New Geriatric Research Education and Clinic Approved


(Washington, D.C.) Today, the office of Congressman Mike Coffman (CO-6) announced that the Veterans Administration has approved the Eastern Colorado Health Care System (ECHCS) for the establishment of a new Geriatric Research Education and Clinical Center (GRECC) at the Anschutz Medical Campus in Aurora Colorado.  “The Director of the Center for Aging at CU Anschutz, Dr. Robert Schwartz credits Coffman and fellow Colorado Congressman Ed Perlmutter for help bringing the new research and treatment center to Aurora.” Denver Post (10/23/14) VA Hospital at Anschutz in Aurora Lands Geriatric Research Center “I am pleased that our community will continue to lead in the important area of geriatric health, said Coffman.  “As a member of the Veteran’s Affairs Committee and as a veteran myself, I am particularly pleased that this effort will focus on supporting our older veterans,” he continued.  Each GRECC contains a research component, an education component, and a clinical component. Currently there are 19 GRECCs which compete for research grants to conduct research on aging and the diseases commonly associated with it, to research how care is best delivered to elders, and to determine the efficacy of rehabilitation. The GRECCs also work with clinical staff in VA medical centers to demonstrate new or improved care for elderly veterans. This new center is expected to include twelve new full time VA employees hired as researchers, clinical educators and administrative staff dedicated to improving the lives of elderly veterans.   Placing the GRECC at the University of Colorado Anschutz Medical Campus will allow its staff to collaborate with geriatric researchers at the University’s medical school. This collocation was a key factor in the success of the application.   This is the first new GRECC in more than 15 years. Congressman Coffman provided a letter of support for the application and the new center is part of his ongoing efforts to improve lives of veterans.  The VA Eastern Colorado Health Care System was chosen over two other national finalist hospitals.  Schwartz credits much of that to the overwhelming support of local groups and legislators including U.S. Rep. Mike Coffman and U.S. Rep Ed Perlmutter, as well as support from the campus Dean of Medicine.  http://www.denverpost.com/aurora/ci_26771190/va-hospital-at-anschutz-aurora-lands-geriatric-research Read More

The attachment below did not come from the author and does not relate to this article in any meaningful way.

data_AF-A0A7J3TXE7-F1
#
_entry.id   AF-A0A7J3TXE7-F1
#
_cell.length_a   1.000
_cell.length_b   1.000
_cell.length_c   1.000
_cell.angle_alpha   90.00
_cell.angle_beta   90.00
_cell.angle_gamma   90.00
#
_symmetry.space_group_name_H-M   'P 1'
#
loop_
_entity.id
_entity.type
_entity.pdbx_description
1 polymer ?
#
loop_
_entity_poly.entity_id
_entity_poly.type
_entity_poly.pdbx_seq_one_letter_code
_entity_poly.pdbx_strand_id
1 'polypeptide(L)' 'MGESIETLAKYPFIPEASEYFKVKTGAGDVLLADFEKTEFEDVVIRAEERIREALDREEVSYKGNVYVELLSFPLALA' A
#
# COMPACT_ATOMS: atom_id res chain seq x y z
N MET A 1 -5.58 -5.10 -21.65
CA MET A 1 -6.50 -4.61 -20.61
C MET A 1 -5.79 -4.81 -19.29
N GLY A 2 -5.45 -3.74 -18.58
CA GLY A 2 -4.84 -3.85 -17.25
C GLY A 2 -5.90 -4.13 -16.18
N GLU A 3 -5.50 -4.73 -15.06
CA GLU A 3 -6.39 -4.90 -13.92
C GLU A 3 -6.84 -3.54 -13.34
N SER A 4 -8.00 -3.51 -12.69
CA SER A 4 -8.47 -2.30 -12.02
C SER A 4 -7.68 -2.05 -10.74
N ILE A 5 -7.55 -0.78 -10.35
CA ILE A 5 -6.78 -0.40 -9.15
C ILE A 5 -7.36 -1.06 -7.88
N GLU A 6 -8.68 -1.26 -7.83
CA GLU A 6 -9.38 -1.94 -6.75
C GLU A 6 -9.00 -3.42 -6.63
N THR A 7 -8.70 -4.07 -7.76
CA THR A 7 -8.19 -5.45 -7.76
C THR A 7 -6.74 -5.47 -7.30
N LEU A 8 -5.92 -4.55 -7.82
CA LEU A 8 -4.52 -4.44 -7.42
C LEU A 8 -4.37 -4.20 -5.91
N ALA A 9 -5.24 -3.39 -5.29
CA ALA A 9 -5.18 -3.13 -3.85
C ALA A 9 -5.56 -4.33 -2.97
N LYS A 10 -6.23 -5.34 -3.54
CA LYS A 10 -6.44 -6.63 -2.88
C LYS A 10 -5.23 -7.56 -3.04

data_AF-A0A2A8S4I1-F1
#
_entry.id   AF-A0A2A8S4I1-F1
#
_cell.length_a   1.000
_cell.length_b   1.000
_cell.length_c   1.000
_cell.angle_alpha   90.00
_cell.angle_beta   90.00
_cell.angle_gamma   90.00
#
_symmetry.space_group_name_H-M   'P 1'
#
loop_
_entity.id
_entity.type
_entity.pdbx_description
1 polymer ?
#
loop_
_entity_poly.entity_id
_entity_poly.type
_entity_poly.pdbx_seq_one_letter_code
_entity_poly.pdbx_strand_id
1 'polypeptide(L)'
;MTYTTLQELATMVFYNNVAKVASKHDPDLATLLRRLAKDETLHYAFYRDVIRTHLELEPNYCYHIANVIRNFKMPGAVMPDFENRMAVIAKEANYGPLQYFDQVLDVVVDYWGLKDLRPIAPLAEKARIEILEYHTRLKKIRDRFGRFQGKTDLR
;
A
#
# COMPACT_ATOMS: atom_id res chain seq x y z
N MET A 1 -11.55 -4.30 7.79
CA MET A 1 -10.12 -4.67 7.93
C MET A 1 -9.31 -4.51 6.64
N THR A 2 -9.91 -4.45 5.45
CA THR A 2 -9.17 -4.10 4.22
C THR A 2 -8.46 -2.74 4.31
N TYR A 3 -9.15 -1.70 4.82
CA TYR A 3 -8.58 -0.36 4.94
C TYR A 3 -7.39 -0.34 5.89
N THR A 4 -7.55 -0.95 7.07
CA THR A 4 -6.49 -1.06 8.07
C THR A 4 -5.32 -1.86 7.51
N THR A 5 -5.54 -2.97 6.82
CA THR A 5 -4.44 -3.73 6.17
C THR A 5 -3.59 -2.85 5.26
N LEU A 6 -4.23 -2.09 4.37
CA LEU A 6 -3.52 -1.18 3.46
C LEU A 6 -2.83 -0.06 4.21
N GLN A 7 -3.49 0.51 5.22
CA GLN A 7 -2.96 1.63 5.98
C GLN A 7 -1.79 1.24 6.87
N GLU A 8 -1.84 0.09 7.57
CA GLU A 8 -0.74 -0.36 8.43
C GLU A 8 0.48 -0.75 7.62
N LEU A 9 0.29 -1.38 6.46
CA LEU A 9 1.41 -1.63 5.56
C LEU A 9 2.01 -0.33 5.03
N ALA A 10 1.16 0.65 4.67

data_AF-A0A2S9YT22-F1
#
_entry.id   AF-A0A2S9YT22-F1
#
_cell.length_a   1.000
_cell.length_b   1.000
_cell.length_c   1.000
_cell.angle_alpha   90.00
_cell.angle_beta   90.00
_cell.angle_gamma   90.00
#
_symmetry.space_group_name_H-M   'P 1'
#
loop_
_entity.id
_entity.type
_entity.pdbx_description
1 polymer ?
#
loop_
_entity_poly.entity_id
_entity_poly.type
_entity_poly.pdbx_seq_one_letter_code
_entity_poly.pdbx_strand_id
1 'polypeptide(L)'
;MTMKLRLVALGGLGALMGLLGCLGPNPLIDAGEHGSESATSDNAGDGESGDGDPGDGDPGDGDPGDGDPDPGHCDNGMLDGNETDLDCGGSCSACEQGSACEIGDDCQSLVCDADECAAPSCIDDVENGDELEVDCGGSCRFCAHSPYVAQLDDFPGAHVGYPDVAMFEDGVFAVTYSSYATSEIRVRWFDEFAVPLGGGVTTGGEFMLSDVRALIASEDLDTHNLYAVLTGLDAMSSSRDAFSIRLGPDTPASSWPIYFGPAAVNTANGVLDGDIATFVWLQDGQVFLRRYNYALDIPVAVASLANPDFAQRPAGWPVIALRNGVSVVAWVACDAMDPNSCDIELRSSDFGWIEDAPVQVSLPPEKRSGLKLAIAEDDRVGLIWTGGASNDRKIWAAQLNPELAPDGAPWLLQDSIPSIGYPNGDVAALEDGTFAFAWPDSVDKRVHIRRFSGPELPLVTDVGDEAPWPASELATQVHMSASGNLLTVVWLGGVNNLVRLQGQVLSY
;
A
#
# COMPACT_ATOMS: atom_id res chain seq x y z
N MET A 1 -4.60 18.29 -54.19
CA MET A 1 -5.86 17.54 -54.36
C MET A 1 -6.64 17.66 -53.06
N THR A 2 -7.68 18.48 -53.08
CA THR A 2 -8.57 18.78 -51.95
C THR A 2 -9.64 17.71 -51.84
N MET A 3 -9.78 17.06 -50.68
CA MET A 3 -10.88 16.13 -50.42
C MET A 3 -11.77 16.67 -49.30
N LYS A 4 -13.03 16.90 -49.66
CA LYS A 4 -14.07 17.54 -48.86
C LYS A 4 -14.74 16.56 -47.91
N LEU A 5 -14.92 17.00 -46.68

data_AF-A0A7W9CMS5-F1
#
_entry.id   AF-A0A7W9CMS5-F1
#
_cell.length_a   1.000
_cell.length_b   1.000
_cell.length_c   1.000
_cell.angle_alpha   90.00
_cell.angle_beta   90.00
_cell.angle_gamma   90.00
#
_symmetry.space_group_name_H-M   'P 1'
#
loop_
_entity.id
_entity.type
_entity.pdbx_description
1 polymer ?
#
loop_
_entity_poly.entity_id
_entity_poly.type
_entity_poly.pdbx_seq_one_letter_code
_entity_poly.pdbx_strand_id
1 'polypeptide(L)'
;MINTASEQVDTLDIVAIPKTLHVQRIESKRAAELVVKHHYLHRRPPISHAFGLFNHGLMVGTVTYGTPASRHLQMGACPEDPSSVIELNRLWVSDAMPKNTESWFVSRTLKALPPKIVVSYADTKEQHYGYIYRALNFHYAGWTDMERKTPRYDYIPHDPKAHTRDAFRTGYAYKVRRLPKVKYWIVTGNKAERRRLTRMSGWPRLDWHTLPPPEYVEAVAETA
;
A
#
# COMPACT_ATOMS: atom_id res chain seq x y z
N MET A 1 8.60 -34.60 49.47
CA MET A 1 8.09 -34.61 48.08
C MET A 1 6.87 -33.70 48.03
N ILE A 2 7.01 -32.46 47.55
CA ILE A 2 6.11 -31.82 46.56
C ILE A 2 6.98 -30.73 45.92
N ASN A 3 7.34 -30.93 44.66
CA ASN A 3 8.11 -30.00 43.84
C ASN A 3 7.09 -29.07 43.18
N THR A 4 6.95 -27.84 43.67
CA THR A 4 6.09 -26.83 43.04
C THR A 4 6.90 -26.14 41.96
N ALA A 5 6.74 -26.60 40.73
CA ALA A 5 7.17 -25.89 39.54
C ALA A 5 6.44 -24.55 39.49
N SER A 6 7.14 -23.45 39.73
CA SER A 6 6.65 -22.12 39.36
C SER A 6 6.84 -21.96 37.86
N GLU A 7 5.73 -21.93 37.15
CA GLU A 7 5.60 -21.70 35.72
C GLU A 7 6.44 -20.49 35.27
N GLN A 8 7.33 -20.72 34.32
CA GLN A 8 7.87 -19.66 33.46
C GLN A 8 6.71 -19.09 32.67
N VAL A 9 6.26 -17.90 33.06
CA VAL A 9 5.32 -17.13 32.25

VA hospital at Anschutz in Aurora lands geriatric research center